Governance of a City-State
How to build a “rational” cyberspace

Last month, the Media Literacy Council (MLC) launched a campaign to spur pro-social online behaviour. The campaign, timed to mark the Safer Internet Day, celebrates individuals and groups that exhibit responsibility and empathy in their online interactions and those who use the Internet to encourage others or promote social causes.

The Internet as a rational space has become an ideal that is much sought after. This is understandable, as what goes on online often has offline repercussions.

In 2013, Defence Minister Ng Eng Hen coined the term DRUMS (distortions, rumours, untruths, misinformation and smears) to describe how inaccurate information on the Internet could cause undue panic and divide communities, threatening Singapore’s multiracial and multicultural society. The most recent example is the implication of a Filipino family in the altercation at a Thaipusam celebration.

However, negative or antisocial speech can also be unintentional when people make casual utterances and engage in what they feel is harmless venting of frustration at specific groups of people or policies. Some post comments in the heat of the moment, while others feel they are merely expressing their personal opinions.

While “irrational” speech is sometimes unpalatable, it is a useful signpost of how different segments of society feel about issues affecting them.

Regardless of the intent or lack thereof, irrational speech, especially sensational and provocative comments, tends to “stick”. When these messages are replicated and transmitted to many others online, they create the illusion that many share similar views, when the opinions are held by only a minority.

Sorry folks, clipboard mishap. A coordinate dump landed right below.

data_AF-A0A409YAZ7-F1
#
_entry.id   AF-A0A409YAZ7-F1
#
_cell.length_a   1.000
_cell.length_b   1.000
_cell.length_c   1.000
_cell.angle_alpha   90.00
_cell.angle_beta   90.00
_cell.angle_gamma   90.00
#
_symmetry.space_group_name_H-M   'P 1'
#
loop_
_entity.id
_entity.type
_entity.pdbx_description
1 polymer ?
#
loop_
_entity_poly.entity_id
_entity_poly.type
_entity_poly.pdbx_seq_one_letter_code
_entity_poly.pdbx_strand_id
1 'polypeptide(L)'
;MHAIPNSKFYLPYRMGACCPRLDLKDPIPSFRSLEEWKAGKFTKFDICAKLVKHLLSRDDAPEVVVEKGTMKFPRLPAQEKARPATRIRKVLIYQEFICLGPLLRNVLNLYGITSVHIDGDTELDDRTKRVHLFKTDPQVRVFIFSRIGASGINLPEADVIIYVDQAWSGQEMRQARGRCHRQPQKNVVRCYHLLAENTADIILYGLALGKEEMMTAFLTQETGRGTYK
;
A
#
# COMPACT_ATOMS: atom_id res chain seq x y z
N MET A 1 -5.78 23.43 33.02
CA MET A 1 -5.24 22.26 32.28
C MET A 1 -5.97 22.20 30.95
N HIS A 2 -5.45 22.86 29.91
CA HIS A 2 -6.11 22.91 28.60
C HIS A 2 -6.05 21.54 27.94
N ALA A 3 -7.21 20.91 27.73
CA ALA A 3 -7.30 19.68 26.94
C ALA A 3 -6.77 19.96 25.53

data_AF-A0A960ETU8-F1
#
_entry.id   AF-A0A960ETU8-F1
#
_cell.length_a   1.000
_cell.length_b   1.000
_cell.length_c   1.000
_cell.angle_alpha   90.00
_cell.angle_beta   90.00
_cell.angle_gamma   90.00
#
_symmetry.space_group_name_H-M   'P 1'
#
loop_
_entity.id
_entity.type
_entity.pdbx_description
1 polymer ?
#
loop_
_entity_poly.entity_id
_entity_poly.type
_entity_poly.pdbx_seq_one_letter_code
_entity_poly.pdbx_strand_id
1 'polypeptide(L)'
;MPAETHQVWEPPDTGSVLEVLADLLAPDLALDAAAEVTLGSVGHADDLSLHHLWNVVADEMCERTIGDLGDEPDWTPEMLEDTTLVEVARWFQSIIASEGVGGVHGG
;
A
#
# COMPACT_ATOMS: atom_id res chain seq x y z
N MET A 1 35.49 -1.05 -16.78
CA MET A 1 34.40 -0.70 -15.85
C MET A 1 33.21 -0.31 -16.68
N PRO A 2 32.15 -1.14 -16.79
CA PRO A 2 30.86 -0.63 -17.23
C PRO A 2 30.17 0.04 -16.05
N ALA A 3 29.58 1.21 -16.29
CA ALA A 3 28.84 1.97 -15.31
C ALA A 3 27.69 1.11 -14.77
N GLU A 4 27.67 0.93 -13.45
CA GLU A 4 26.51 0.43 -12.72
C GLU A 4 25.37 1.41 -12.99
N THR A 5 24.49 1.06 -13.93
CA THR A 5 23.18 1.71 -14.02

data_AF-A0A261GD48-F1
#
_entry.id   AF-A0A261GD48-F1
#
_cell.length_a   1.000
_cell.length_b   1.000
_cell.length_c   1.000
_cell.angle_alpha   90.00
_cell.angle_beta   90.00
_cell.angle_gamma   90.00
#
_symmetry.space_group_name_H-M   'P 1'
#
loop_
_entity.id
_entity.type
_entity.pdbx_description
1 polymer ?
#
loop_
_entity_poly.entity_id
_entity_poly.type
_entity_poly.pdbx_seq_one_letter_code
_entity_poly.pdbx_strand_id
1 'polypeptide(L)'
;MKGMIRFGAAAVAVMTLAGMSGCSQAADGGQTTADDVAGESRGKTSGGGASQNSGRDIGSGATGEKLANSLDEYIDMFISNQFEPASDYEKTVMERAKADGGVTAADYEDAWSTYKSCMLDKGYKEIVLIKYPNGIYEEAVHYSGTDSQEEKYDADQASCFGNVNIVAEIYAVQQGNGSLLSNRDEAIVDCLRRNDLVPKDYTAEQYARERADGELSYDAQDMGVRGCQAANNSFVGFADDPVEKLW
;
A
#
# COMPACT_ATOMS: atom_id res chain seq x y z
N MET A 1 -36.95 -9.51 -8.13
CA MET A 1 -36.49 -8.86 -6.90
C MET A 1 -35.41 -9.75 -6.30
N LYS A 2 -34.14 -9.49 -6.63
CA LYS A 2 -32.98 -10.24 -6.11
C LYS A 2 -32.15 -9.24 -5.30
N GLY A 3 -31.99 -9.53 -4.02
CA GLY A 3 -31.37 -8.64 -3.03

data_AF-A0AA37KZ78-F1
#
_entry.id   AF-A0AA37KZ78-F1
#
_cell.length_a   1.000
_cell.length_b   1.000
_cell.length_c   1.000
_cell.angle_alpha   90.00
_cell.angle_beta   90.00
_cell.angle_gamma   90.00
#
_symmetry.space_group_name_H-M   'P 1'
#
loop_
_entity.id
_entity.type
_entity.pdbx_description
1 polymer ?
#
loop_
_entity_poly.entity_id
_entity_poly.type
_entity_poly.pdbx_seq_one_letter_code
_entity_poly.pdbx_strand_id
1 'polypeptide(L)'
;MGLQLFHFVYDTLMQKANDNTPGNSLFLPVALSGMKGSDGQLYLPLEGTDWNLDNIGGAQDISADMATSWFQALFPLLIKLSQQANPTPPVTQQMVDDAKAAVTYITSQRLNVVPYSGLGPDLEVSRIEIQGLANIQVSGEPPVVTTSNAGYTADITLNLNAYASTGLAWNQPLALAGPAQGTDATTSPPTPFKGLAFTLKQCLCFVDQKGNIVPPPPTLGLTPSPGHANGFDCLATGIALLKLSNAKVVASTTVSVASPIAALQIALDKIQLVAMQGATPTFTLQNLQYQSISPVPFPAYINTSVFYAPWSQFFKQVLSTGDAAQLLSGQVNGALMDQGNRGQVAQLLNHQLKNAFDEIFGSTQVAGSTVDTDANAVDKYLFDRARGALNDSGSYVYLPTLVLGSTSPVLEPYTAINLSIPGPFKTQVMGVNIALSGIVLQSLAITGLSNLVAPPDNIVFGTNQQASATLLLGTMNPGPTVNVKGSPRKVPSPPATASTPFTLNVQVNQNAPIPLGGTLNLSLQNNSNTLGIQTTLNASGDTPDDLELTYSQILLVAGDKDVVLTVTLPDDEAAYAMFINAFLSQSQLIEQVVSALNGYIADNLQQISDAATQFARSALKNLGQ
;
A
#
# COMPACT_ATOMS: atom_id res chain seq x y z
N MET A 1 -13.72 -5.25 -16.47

So how do we cultivate rationality online and improve the tenor of online discussions in Singapore? Such contemplation is futile without questioning what we understand by rationality.

What constitutes rationality has been contested for centuries past. The Greek philosopher Aristotle described man as a rational animal who possesses the ability to reason, reflect and think. He believed that ethically desirable behaviour could become our second nature through practice. On the other hand, Scottish historian and philosopher David Hume argued that reason was inadequate to motivate behaviour and that passions drove human action.

In Asian philosophy, Confucian philosopher Xunzi viewed man as innately evil and believed he would use reason to guide his actions in advancing his own interests, while Mengzi believed that man was predisposed to being moral and good and that this innate quality could be further developed.

The recent controversy surrounding the satirical French magazine Charlie Hebdo and its infamous cartoons has generated impassioned debates on wide-ranging issues such as free speech and censorship, media freedom and responsibility as well as the rights of the minority and of the majority. The aftermath, which is still unfolding in different parts of the world, undoubtedly shows that different groups hold different views on what is rational.